2. 2. The new engl and jour nal of medicine n engl j med  nejm.org2 A lthough the treatment of pa- tients infected with the hepatitis C virus (HCV) has evolved greatly in recent years, newly approved regimens for the treatment of pa- tients with HCV genotype 1 infection still include weekly injections of recombinant human inter- feron alfa and ribavirin administered according to body weight.1-3 The only interferon-free option currently approved by the Food and Drug Admin- istration for the treatment of HCV genotype 1 infection is 24 weeks of sofosbuvir and ribavirin for patients who are ineligible to receive interferon; the reported response rate is 68%.4 Interferon treatment is associated with a num- ber of side effects, including influenza-like symp- toms, depression, and cytopenia.5,6 The side effects of ribavirin include hemolytic anemia, fatigue, pruritus, and rash.7 The elimination of interferon and ribavirin from treatment regimens is expect- ed to reduce the incidence and severity of adverse events, to simplify the treatment of patients with HCV infection, and to provide a treatment op- tion for patients who are ineligible for treatment with interferon or ribavirin. Treatment guide- lines recently issued by the American Associa- tion for the Study of Liver Diseases and the In- fectious Diseases Society of America recommend interferon-free combinations of newly approved direct-acting antiviral agents, but the supporting data are from small, phase 2 studies.8 Ledipasvir (Gilead Sciences) is a new HCV NS5A inhibitor with potent antiviral activity against HCV genotypes 1a and 1b.9 Sofosbuvir is a nucle- otide polymerase inhibitor approved for the treat- ment of HCV genotypes 1 through 4 in combina- tionwithribavirin,withorwithoutpeginterferon.1 In phase 2 trials, the combination of ledipasvir and sofosbuvir with or without ribavirin resulted in high rates of sustained virologic response among previously untreated patients with HCV genotype 1 infection, including those with com- pensated cirrhosis.10,11 In the ION-2 phase 3 trial, previously treated patients, including those with cirrhosis, had rates of sustained virologic response of 94 to 99% after 12 or 24 weeks of treatment with ledipasvir–sofosbuvir, with or without ribavirin.12 We conducted the ION-1 phase 3 trial to assess the efficacy and safety of 12 or 24 weeks of a fixed-dose combination of ledipasvir and sofosbuvir, with or without riba- virin (Ribasphere, Kadmon Pharmaceuticals), in previously untreated patients with chronic HCV genotype 1 infection, including those with com- pensated cirrhosis. METHODS PATIENTS We enrolled patients at 99 sites in the United States and Europe from October 17, 2012, to May 17, 2013. Eligible patients were 18 years of age or older, had chronic HCV genotype 1 infection, and had not received treatment for HCV infection previously. There were no upper limits for age or body-mass index. The protocol (available with the full text of this article at NEJM.org) specified that patients with cirrhosis could account for ap- proximately 20% of the study population. The presence of cirrhosis was defined as a liver-biopsy specimen showing evidence of cirrhosis (Metavir stage F4 [on a scale of F0 to F4, with higher stages indicating a greater degree of fibrosis] or Ishak score of 5 or 6 [on a scale of 0 to 6, with higher scores indicating a greater degree of fibrosis]), a FibroScan score of more than 12.5 kPa (on a scale of 1.5 to 75.0 kPa, with higher scores indicating a greater degree of fibrosis), or a FibroTest score of more than 0.75 (on a scale of 0 to 1, with high- er scores indicating more severe fibrosis) and an aspartate aminotransferase:platelet ratio index of more than 2 (with higher scores indicating a greater likelihood of extensive fibrosis). The full set of eligibility criteria, including details of the assessment of cirrhosis, are provided in the study protocol. STUDY DESIGN In this multicenter, randomized, open-label trial, all the patients received a fixed-dose combination tablet containing 90 mg of ledipasvir and 400 mg of sofosbuvir, administered orally once daily. Rib- avirin was administered orally twice daily, with the dose determined according to body weight (1000 mg daily in patients with a body weight <75 kg, and 1200 mg daily in patients with a body weight ≥75 kg). Patients were randomly assigned in a 1:1:1:1 ratio to one of four treatment groups: ledipasvir– sofosbuvir for 12 weeks, ledipasvir–sofosbuvir plus ribavirin for 12 weeks, ledipasvir–sofosbu- vir for 24 weeks, or ledipasvir–sofosbuvir plus ribavirin for 24 weeks. Enrollment occurred in two phases. First, 200 patients underwent random- ization and were treated. After patients in the The New England Journal of Medicine Downloaded from nejm.org on May 8, 2014. For personal use only. No other uses without permission. Copyright © 2014 Massachusetts Medical Society. All rights reserved.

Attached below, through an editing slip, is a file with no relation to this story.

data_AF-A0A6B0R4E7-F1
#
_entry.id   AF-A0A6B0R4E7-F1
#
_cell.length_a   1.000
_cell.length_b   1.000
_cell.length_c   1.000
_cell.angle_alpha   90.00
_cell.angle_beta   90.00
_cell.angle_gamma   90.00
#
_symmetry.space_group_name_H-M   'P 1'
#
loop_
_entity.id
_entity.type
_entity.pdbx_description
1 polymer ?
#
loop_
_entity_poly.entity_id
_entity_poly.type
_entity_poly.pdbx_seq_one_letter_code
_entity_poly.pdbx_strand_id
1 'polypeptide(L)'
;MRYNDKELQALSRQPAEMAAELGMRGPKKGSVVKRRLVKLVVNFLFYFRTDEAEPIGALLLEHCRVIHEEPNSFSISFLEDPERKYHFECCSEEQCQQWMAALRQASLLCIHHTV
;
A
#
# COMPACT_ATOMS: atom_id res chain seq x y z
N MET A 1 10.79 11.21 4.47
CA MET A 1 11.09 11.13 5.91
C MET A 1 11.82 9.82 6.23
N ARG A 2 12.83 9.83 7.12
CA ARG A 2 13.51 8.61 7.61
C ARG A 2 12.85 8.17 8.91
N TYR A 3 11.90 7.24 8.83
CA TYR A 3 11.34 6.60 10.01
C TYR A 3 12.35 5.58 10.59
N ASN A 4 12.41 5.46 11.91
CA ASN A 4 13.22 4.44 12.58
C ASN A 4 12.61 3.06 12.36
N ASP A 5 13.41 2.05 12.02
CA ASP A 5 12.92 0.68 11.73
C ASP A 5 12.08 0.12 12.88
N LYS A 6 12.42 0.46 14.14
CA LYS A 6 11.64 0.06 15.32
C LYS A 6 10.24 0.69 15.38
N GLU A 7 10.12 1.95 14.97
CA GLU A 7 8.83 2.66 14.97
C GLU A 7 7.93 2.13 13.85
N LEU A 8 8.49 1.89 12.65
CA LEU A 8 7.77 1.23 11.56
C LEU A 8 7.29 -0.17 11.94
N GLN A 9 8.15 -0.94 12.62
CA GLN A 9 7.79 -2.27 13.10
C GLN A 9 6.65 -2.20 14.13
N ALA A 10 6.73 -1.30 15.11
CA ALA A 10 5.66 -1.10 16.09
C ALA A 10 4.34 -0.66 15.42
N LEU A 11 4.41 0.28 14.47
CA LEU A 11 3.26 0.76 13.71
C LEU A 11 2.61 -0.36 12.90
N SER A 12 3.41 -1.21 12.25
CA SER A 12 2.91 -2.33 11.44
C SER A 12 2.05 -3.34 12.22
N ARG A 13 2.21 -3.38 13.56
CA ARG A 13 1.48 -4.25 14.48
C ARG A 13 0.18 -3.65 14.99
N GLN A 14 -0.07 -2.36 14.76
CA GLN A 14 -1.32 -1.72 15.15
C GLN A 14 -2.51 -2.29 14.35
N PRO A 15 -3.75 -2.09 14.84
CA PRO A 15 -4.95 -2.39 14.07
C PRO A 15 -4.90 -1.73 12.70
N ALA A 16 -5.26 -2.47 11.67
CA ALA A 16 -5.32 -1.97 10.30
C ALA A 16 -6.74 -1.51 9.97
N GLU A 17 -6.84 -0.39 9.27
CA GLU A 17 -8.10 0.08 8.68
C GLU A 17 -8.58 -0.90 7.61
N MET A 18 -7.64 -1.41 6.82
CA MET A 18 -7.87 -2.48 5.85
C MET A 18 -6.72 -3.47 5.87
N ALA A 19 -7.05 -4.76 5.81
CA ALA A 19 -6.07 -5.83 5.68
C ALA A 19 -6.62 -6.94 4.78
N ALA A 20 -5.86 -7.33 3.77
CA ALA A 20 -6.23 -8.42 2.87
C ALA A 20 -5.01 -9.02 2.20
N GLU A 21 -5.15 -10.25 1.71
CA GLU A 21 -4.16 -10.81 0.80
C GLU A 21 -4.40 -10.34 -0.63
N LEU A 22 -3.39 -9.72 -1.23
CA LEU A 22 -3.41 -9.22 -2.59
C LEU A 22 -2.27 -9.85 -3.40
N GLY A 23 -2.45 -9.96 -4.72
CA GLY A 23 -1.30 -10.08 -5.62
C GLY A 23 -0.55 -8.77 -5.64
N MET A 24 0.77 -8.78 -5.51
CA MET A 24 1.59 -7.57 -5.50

3. 3. Ledipasvir–Sofosbuvir for Untreated HCV Genotype 1 n engl j med  nejm.org 3 12-week groups reached post-treatment week 4, the data and safety monitoring committee re- viewed safety data collected during treatment for all four groups and response data at post-treat- ment week 4 in the 12-week groups. A planned interim analysis indicated that the rate of sus- tained virologic response at 4 weeks after the end of treatment was more than 60%, and there- fore the prespecified criteria for futility were not met (see the Supplementary Appendix, available at NEJM.org), and an additional 665 patients were randomly assigned to the four treatment groups. Randomization was stratified according to HCV genotype 1 subtype (1a or 1b) and the presence or absence of cirrhosis. STUDY OVERSIGHT This study was approved by the institutional re- view board or independent ethics committee at each participating site and was conducted in com- pliance with the principles of the Declaration of Helsinki, Good Clinical Practice guidelines, and local regulatory requirements. The study was de- signed and conducted according to the protocol by the sponsor (Gilead Sciences) in collaboration with the principal investigators. The sponsor col- lected the data, monitored the study conduct, and performed the statistical analyses. An inde- pendent data and safety monitoring committee reviewed the progress of the study. The investigators, participating institutions, and sponsor agreed to maintain confidentiality of the data. All the authors had access to the data and assume responsibility for the integrity and completeness of the reported data. All the authors affirm that the study was conducted with fidelity to the protocol. The first draft of the manuscript was prepared by a professional writer who is an employee of the sponsor and by the first author, with input from all coauthors. STUDY ASSESSMENTS Screening assessments included measurement of the serum HCV RNA level and IL28B genotyping, in addition to standard laboratory and clinical tests. The serum HCV RNA level was measured with the use of the COBAS TaqMan HCV Test, version 2.0, for use with the High Pure System (Roche Molecular Systems), which has a lower limit of quantification of 25 IU per milliliter. HCV genotype and subtype were determined with the use of the Versant HCV Genotype INNO-LiPA 2.0 assay (Siemens Healthcare Diagnostics). IL28B genotype was determined by means of polymerase- chain-reaction amplification and sequencing of the rs12979860 single-nucleotide polymorphism. Assessments during treatment included stan- dard laboratory testing, measurement of the se- rum HCV RNA level, assessment of vital signs, electrocardiography, and symptom-directed phys- ical examinations. All adverse events were re- corded and graded according to a standardized scale (see the study protocol). Population sequencing or deep sequencing of the NS5A and NS5B regions of the HCV RNA was performed for all the patients at baseline. For all the patients who had virologic failure, deep sequencing of the NS5A and NS5B regions was conducted at baseline and at the time of fail- ure. The sequences obtained at the time of viro- logic failure were compared with sequences from baseline samples and references in order to detect resistance-associated variants that emerged during treatment. We report resistance-associated variants that were present in more than 1% of the sequence reads. END POINTS The primary efficacy end point was a sustained virologic response at 12 weeks after the end of treatment. It was assessed in all the patients who underwent randomization and received treatment. STATISTICAL ANALYSIS In the primary efficacy analysis, the rate of sus- tained virologic response in each of the treat- ment groups was compared with an adjusted his- torical rate of 60%, with the use of a two-sided exact one-sample binomial test. This 60% rate was based on calculated rates of sustained viro- logic response of 65% in phase 3 trials of telapre- vir13 and boceprevir,14 allowing for a rate that was 5 percentage points lower, in exchange for an expected improved safety profile and shorter duration of treatment. The weighted average rates of response in the telaprevir and boceprevir trials were estimated to be approximately 70% among patients without cirrhosis and 44% among those with cirrhosis (see the Supplementary Appendix for details on the calculation of the control rate). We determined that a sample of 200 patients in each treatment group would provide the study with more than 91% power to detect an improve- ment of at least 13 percentage points in the rate The New England Journal of Medicine Downloaded from nejm.org on May 8, 2014. For personal use only. No other uses without permission. Copyright © 2014 Massachusetts Medical Society. All rights reserved.